Thunder Bay

Wataynikaneyap First Nations-led power company moves ahead

A First Nations-led transmission company that aims to connect remote communities in northern Ontario to the provincial hydro grid gained two new partners on Thursday.

Sandy Lake, Wabigoon First Nations join initiative to extend power transmission line in remote north

Margaret Kenequanash, chair of Wataynikeyap Power says First Nations will ensure responsible development in their homelands while maximizing benefits to the communities. (Jody Porter/CBC)

A First Nations-led transmission company that aims to connect remote communities in northern Ontario to the provincial hydro grid gained two new partners on Thursday.

Sandy Lake First Nation and Wabigoon First Nation signed on with Wataynikaneyap Power at a board meeting for the company in Thunder Bay, bringing the number of ownership communities to 20.

All of the First Nations involved currently rely on diesel generators for electricity in their communities. The $1-billion project would see the transmission line extending north of Pickle Lake, and Red Lake, Ont. to connect the First Nations.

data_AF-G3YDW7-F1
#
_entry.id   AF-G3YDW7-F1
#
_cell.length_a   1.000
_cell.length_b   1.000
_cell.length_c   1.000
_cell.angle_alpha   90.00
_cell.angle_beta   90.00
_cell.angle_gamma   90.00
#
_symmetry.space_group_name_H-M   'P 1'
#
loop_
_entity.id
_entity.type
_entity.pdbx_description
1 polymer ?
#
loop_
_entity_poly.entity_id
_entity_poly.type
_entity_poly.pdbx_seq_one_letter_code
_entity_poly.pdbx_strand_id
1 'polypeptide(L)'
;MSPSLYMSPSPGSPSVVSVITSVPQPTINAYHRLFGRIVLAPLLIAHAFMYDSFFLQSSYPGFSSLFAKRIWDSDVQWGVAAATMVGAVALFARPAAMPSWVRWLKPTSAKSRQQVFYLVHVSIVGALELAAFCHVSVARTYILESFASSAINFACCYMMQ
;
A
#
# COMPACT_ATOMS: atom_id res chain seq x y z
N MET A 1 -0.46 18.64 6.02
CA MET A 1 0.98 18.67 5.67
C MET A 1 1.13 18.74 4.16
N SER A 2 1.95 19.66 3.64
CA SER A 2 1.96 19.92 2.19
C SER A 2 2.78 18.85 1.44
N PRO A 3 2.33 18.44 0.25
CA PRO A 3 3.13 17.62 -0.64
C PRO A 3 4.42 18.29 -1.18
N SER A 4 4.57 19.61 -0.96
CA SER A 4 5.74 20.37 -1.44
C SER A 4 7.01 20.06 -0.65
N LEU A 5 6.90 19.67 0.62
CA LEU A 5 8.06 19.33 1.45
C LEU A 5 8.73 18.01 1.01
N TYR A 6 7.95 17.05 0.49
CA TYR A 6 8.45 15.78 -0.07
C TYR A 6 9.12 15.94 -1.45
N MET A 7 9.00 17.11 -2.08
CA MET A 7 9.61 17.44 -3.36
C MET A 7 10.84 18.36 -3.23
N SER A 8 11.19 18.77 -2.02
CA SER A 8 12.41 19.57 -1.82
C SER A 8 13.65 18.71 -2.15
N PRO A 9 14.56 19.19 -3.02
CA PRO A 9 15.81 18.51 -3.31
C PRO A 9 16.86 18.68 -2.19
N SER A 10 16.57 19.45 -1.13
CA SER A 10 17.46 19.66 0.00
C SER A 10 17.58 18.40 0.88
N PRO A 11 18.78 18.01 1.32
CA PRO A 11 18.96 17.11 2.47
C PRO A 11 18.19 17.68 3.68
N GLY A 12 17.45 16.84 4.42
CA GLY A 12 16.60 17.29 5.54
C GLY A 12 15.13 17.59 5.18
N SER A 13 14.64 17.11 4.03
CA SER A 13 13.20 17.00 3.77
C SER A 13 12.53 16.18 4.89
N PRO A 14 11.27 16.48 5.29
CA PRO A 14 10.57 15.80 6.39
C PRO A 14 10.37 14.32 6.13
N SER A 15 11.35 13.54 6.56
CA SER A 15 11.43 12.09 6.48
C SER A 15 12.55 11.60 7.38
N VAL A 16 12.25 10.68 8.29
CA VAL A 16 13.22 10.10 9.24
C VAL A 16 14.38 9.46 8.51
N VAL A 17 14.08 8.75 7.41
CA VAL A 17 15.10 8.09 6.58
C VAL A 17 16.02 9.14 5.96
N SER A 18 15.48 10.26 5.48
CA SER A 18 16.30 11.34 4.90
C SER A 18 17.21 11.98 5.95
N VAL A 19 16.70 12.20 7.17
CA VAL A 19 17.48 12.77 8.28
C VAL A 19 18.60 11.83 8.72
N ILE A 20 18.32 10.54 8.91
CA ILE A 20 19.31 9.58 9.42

"For us it's clean energy," said Sandy Lake Chief Bart Meekis. "We want to get off diesel fuel energy that I think is really contaminating our lands."

A more reliable power supply will also open up new opportunities for more housing and businesses in Sandy Lake, Meekis said.

"The term that we always hear is that we live off the land," Meekis said. "It doesn't just mean fish and animals, it means that the land is looking after us as a people and part of it is to be able to benefit and prosper as a people in our lands."

In the development phase Wataynikaneyap Power is a partnership among the 20 First Nations, AECOM, PowerTel, Goldcorp and Deutsche Bank, but the aim is for the transmission line to be wholly owned by First Nations.

"To have 20 First Nations to agree to work together on a major initiative is unprecedented," said Wataynikaneyap Power chair Margaret Kenequanash. 

"I truly believe in my people that we were put on this land to be part of the economy," she said. "We have a treaty with governments so as part of our exercise of those rights that we have then we will move forward with changing the landscape of Canada."

Connecting First Nations to the grid is expected to save $1 billion in energy costs over 40 years, Kenequanash said.

Ontario recently approved the terms of reference for the environmental assessment of the first phase of the project to begin. Kenequanash said that clears the way for formal community consultations with the First Nations.

On mobile? Click here to see the proposed route of the Wataynikaneyap Power project.

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